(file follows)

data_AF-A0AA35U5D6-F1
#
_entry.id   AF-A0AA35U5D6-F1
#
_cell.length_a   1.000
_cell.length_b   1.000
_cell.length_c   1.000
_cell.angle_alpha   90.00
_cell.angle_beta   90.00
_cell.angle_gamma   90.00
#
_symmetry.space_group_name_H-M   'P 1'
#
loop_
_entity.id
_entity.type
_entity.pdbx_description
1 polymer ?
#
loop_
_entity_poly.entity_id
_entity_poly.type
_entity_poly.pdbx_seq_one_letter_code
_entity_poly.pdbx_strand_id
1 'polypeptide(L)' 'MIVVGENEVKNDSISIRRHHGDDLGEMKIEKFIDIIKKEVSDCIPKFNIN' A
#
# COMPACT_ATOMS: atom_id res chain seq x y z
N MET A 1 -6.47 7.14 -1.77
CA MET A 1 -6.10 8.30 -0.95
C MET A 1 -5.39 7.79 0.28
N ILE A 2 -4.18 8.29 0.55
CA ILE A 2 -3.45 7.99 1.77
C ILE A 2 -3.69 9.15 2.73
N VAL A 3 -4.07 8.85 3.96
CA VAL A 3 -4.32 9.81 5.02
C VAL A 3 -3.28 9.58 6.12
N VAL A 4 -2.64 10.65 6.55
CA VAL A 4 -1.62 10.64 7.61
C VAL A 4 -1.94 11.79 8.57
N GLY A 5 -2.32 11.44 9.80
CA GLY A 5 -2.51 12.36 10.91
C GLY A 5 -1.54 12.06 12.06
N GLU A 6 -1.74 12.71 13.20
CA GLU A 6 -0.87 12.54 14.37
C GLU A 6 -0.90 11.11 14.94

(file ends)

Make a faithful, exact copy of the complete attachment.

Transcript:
data_AF-A0AA35U5D6-F1
#
_entry.id   AF-A0AA35U5D6-F1
#
_cell.length_a   1.000
_cell.length_b   1.000
_cell.length_c   1.000
_cell.angle_alpha   90.00
_cell.angle_beta   90.00
_cell.angle_gamma   90.00
#
_symmetry.space_group_name_H-M   'P 1'
#
loop_
_entity.id
_entity.type
_entity.pdbx_description
1 polymer ?
#
loop_
_entity_poly.entity_id
_entity_poly.type
_entity_poly.pdbx_seq_one_letter_code
_entity_poly.pdbx_strand_id
1 'polypeptide(L)' 'MIVVGENEVKNDSISIRRHHGDDLGEMKIEKFIDIIKKEVSDCIPKFNIN' A
#
# COMPACT_ATOMS: atom_id res chain seq x y z
N MET A 1 -6.47 7.14 -1.77
CA MET A 1 -6.10 8.30 -0.95
C MET A 1 -5.39 7.79 0.28
N ILE A 2 -4.18 8.29 0.55
CA ILE A 2 -3.45 7.99 1.77
C ILE A 2 -3.69 9.15 2.73
N VAL A 3 -4.07 8.85 3.96
CA VAL A 3 -4.32 9.81 5.02
C VAL A 3 -3.28 9.58 6.12
N VAL A 4 -2.64 10.65 6.55
CA VAL A 4 -1.62 10.64 7.61
C VAL A 4 -1.94 11.79 8.57
N GLY A 5 -2.32 11.44 9.80
CA GLY A 5 -2.51 12.36 10.91
C GLY A 5 -1.54 12.06 12.06
N GLU A 6 -1.74 12.71 13.20
CA GLU A 6 -0.87 12.54 14.37
C GLU A 6 -0.90 11.11 14.94